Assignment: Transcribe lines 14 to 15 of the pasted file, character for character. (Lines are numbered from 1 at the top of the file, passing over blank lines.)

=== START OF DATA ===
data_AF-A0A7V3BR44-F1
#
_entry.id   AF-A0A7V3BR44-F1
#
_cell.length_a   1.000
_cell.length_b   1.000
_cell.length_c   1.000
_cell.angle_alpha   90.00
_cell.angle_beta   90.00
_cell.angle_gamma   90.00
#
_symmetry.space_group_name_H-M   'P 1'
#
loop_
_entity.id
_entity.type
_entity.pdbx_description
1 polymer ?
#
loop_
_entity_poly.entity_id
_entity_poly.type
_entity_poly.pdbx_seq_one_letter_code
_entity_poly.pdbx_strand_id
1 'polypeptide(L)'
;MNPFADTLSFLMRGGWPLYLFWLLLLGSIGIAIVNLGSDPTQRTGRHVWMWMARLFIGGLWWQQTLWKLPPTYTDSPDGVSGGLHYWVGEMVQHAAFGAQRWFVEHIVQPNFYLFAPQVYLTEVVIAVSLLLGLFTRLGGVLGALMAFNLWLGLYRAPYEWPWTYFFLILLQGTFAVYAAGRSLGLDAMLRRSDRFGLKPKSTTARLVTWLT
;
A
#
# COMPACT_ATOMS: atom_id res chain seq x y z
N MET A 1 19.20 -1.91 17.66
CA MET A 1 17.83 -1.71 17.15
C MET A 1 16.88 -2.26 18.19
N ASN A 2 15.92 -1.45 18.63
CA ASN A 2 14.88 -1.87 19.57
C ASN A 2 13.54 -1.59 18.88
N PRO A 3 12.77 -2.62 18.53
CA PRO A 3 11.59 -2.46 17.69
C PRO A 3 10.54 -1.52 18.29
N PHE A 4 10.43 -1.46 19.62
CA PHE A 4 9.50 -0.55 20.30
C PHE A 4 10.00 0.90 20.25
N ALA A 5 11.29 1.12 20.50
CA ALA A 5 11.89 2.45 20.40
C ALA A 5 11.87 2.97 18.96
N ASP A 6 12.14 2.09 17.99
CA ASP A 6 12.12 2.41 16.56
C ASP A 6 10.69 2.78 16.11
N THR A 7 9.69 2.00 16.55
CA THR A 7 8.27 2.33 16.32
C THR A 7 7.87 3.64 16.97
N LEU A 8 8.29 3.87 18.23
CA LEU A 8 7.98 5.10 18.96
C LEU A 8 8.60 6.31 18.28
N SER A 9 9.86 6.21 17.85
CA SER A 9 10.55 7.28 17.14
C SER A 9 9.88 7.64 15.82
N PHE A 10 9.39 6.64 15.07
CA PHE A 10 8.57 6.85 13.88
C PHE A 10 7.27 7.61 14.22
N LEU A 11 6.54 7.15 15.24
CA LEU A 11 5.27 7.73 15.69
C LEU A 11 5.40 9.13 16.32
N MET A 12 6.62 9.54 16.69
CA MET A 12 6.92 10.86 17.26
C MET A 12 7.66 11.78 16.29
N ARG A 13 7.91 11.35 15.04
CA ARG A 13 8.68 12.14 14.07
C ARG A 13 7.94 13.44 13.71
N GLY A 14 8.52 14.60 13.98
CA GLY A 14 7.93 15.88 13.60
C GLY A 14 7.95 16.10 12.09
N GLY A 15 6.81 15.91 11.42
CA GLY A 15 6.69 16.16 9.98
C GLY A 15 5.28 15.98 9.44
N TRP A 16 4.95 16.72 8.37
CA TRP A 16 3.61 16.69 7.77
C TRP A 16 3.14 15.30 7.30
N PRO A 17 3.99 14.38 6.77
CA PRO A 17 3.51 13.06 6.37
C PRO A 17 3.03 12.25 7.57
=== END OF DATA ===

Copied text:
loop_
_entity.id